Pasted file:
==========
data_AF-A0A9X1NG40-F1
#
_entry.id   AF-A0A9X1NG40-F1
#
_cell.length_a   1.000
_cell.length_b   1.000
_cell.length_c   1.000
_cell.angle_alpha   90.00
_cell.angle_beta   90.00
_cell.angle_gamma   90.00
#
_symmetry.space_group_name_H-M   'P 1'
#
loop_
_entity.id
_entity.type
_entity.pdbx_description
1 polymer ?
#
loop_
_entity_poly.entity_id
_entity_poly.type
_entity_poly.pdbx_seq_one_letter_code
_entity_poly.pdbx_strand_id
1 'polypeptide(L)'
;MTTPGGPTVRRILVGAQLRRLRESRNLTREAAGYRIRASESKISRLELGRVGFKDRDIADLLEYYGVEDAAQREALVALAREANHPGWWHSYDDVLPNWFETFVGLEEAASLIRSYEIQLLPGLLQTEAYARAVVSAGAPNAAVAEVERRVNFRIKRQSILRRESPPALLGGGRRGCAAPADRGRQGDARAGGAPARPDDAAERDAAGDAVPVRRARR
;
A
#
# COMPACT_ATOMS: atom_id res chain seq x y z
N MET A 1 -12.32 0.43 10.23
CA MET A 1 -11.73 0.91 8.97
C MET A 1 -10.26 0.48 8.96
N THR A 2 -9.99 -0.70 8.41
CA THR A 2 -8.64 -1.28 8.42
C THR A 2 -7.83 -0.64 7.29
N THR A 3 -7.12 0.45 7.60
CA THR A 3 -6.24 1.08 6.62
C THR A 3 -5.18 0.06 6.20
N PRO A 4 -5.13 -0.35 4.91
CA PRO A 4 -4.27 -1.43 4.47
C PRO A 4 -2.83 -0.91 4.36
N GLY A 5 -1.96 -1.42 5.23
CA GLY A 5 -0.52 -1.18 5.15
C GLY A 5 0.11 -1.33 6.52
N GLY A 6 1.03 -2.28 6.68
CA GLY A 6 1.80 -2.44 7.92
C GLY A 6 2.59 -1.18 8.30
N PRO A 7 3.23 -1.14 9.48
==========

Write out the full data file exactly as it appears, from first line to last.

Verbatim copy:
data_AF-A0A9X1NG40-F1
#
_entry.id   AF-A0A9X1NG40-F1
#
_cell.length_a   1.000
_cell.length_b   1.000
_cell.length_c   1.000
_cell.angle_alpha   90.00
_cell.angle_beta   90.00
_cell.angle_gamma   90.00
#
_symmetry.space_group_name_H-M   'P 1'
#
loop_
_entity.id
_entity.type
_entity.pdbx_description
1 polymer ?
#
loop_
_entity_poly.entity_id
_entity_poly.type
_entity_poly.pdbx_seq_one_letter_code
_entity_poly.pdbx_strand_id
1 'polypeptide(L)'
;MTTPGGPTVRRILVGAQLRRLRESRNLTREAAGYRIRASESKISRLELGRVGFKDRDIADLLEYYGVEDAAQREALVALAREANHPGWWHSYDDVLPNWFETFVGLEEAASLIRSYEIQLLPGLLQTEAYARAVVSAGAPNAAVAEVERRVNFRIKRQSILRRESPPALLGGGRRGCAAPADRGRQGDARAGGAPARPDDAAERDAAGDAVPVRRARR
;
A
#
# COMPACT_ATOMS: atom_id res chain seq x y z
N MET A 1 -12.32 0.43 10.23
CA MET A 1 -11.73 0.91 8.97
C MET A 1 -10.26 0.48 8.96
N THR A 2 -9.99 -0.70 8.41
CA THR A 2 -8.64 -1.28 8.42
C THR A 2 -7.83 -0.64 7.29
N THR A 3 -7.12 0.45 7.60
CA THR A 3 -6.24 1.08 6.62
C THR A 3 -5.18 0.06 6.20
N PRO A 4 -5.13 -0.35 4.91
CA PRO A 4 -4.27 -1.43 4.47
C PRO A 4 -2.83 -0.91 4.36
N GLY A 5 -1.96 -1.42 5.23
CA GLY A 5 -0.52 -1.18 5.15
C GLY A 5 0.11 -1.33 6.52
N GLY A 6 1.03 -2.28 6.68
CA GLY A 6 1.80 -2.44 7.92
C GLY A 6 2.59 -1.18 8.30
N PRO A 7 3.23 -1.14 9.48